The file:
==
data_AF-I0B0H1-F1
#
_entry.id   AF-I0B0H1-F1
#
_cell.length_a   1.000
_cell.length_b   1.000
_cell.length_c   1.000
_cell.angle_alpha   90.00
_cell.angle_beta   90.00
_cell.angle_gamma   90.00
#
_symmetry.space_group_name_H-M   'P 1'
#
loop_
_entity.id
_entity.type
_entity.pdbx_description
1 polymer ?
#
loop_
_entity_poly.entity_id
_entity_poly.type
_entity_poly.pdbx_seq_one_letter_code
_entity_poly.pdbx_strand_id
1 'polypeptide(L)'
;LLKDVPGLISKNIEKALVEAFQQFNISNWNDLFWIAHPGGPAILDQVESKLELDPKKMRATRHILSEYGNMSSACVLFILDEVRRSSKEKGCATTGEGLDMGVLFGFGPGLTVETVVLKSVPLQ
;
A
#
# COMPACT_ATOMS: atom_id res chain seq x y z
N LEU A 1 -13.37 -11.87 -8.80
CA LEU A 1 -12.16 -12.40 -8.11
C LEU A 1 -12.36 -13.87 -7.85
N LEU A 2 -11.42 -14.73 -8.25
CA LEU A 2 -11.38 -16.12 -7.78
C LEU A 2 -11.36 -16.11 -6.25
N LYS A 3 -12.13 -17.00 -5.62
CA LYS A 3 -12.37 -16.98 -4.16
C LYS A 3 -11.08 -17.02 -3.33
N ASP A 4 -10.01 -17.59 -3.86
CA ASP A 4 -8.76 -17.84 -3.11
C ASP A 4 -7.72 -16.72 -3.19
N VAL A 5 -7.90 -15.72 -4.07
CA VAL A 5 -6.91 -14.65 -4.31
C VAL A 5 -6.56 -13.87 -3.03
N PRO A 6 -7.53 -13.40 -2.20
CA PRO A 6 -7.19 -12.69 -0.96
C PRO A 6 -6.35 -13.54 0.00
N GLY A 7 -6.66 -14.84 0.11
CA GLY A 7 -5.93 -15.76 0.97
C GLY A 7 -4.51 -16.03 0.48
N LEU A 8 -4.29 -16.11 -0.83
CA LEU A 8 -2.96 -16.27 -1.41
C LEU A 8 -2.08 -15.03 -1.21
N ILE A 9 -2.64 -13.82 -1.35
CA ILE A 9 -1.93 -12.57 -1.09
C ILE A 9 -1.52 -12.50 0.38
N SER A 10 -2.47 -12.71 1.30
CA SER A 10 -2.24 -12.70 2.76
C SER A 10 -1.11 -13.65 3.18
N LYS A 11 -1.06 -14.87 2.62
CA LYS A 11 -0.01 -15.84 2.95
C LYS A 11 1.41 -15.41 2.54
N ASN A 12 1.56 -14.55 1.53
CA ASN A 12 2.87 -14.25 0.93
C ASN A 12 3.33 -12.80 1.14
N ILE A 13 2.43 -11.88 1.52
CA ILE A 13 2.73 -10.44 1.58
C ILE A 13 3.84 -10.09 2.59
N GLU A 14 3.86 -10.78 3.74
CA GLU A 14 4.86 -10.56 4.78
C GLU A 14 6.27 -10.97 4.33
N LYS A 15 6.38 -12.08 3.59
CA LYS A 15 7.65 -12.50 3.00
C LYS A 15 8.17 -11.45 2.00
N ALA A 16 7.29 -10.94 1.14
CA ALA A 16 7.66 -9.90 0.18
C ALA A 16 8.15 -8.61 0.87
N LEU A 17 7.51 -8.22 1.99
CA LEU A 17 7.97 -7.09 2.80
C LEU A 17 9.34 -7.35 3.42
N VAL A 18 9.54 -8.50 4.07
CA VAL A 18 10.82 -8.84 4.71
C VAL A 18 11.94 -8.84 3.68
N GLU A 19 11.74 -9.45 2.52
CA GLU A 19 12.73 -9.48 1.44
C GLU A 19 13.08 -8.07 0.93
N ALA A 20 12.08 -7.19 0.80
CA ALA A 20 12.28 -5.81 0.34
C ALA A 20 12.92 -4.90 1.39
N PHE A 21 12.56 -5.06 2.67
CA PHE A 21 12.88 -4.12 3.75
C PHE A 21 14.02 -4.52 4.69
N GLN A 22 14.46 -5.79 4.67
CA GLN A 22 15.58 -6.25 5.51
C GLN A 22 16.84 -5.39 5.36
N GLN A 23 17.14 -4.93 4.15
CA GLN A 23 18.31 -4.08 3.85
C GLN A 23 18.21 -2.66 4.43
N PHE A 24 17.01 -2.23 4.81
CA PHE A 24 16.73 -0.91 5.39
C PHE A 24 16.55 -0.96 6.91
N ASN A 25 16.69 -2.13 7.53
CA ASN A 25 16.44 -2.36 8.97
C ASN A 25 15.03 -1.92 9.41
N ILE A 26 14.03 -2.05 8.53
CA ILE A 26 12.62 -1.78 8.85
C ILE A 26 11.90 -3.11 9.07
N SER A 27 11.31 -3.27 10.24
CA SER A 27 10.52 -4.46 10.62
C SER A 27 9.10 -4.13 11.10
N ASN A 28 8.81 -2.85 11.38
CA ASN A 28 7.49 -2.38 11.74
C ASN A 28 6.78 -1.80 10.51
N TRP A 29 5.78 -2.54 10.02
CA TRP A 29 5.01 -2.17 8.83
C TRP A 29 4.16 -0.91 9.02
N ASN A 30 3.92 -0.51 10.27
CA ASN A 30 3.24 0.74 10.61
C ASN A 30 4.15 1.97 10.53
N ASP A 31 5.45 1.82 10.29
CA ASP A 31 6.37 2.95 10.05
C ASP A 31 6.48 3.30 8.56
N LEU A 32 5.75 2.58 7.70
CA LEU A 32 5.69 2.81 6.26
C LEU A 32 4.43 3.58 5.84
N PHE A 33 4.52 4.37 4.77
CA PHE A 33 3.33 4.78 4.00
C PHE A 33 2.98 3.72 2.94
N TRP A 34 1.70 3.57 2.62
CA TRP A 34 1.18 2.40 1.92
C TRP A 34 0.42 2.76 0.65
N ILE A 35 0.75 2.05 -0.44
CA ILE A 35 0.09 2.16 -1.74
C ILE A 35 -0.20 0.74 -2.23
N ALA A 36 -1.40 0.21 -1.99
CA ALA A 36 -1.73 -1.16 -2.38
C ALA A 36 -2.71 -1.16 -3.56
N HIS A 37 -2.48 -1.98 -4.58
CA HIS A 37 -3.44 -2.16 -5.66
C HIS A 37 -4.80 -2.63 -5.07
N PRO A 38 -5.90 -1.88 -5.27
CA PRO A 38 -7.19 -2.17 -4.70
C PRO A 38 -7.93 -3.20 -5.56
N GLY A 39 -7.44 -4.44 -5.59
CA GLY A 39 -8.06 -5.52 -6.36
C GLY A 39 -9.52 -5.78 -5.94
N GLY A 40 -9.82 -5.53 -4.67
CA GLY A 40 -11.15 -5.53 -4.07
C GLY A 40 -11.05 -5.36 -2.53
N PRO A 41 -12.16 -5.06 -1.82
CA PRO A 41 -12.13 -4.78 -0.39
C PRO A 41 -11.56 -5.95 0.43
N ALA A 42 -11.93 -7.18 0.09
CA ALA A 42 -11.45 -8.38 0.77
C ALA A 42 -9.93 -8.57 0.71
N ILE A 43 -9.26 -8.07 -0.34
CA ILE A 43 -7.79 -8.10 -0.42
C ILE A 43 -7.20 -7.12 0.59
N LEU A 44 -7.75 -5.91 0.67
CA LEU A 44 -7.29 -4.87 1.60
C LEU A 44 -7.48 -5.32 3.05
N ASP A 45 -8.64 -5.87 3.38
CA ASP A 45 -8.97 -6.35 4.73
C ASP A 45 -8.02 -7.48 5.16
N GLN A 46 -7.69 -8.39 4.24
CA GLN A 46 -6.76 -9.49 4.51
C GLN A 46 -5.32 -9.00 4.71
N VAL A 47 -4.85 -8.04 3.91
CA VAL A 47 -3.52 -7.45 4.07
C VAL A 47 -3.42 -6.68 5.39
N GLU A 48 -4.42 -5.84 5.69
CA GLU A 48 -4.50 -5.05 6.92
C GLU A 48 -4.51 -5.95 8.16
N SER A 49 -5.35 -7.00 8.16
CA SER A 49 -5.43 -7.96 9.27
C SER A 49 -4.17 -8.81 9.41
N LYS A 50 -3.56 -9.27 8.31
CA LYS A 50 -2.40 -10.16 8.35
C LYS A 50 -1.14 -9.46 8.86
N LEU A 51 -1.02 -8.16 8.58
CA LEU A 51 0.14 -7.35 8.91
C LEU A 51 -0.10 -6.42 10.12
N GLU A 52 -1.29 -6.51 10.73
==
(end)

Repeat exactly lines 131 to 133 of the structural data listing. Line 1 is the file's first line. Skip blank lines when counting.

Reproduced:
CA TRP A 34 1.18 2.40 1.92
C TRP A 34 0.42 2.76 0.65
N ILE A 35 0.75 2.05 -0.44